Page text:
Phytoplankton produces something like one-half of the oxygen we need as well as reduces surface CO2. This is not insignificant, as scientists report that global warming is likely changing the fundamentals of marine ecology, along with the very real problems of pollution, overfishing, and the possibility of increased ocean acidification as carbon dioxide levels rise.
New Study of Phytoplankton
Michael Behrenfeld, botany professor at Oregon State University, conducted a recent study challenging the prevailing theory on how phytoplankton blooms in the ocean. The new theory Behrenfeld calls the dilution-recoupling hypothesis.
Professor Behrenfeld's hypothesis suggests—unlike the prevailing view first proposed back in 1953—that global warming will decrease ocean productivity. Behrenfeld believes oceanographers will now have to conduct a lot more research on the complexity of how oceans actually work.
Phytoplankton and Extinction
Related to the study on the decreased marine phytoplankton in the world's oceans, the Keiser Report of August 6, 2010 talked to Captain Paul Watson the founder of the Sea Shepherd Conservation Society and host of "Whale Wars" on the Animal Planet. Watson claimed that Japan and Norway, using large commercial drag trawlers, are pulling up huge amounts of phytoplankton to be used as cheap protein meal for livestock.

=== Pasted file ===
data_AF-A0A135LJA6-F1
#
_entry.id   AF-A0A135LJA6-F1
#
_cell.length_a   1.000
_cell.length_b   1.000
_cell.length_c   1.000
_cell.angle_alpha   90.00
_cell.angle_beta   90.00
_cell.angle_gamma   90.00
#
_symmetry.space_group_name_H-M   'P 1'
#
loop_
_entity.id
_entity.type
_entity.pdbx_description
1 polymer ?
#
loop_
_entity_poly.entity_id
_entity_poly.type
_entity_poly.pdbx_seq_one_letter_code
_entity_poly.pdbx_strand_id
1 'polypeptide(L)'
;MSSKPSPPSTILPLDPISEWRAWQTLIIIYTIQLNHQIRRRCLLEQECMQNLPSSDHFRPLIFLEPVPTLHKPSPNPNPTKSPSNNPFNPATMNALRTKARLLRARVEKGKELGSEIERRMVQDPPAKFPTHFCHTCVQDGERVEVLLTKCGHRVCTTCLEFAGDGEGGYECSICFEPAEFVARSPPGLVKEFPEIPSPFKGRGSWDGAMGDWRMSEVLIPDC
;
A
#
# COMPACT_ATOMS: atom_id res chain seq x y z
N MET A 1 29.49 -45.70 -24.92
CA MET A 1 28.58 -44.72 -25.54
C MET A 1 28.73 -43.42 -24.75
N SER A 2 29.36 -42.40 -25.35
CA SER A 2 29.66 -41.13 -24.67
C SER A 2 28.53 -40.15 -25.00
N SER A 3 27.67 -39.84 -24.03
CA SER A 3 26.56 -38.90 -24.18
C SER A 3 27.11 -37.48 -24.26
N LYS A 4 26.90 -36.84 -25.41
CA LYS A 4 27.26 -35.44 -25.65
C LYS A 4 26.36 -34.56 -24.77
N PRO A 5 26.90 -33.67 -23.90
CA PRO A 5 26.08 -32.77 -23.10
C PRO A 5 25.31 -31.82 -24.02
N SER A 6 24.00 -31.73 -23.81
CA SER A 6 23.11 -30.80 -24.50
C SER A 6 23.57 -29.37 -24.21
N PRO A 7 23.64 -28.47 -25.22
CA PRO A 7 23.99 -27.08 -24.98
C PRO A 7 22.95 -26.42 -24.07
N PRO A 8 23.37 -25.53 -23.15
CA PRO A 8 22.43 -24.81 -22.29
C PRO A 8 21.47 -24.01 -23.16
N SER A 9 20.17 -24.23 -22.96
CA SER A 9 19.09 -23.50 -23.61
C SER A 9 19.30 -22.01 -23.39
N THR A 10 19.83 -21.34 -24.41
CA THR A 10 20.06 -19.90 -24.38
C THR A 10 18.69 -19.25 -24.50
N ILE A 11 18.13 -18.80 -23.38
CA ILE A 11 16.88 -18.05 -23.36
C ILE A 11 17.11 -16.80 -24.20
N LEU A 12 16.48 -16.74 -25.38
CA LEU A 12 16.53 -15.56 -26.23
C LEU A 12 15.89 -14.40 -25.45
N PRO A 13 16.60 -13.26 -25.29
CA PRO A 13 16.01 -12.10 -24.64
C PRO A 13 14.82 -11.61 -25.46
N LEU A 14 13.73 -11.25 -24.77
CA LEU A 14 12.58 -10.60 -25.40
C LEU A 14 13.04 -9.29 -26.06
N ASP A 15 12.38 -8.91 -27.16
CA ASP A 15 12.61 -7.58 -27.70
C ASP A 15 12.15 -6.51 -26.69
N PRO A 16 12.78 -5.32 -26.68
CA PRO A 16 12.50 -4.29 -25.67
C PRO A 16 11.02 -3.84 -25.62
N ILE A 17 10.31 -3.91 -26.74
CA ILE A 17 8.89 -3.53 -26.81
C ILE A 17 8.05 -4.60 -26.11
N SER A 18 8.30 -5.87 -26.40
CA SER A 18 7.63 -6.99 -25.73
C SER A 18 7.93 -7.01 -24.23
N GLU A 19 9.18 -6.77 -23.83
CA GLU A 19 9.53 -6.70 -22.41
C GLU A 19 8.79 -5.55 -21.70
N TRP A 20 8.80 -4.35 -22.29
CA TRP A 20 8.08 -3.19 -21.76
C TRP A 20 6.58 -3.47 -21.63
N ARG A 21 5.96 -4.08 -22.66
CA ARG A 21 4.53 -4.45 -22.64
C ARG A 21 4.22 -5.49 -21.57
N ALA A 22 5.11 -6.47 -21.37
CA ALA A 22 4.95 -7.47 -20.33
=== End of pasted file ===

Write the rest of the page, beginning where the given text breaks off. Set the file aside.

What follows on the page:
Unity of Knowledge
Edward O. Wilson, the well known biologist, more than ten years ago, coined the word consilience. He was telling humankind that they had to create a common framework of understanding and explanation, especially in the natural sciences but ultimately in the humanities as well.
Will we ultimately be able to see the connections, the linkages, and the cause and effect of our actions?
Findings Overturn Old Theory of Phytoplankton Growth, Raise Concerns for Ocean Productivity
Keiser Report Episode 66
Phytoplankton in Retreat
Tuesday, August 03, 2010
Burton Richter, physicist,Nobel Prize recipient, and author of Beyond Smoke and Mirrors, offers a view on energy between what he calls the climate deniers and the climate exaggerators. While he clearly believes that common sense shows that global warming is occuring,he asks us to look at what we can accomplish right now. See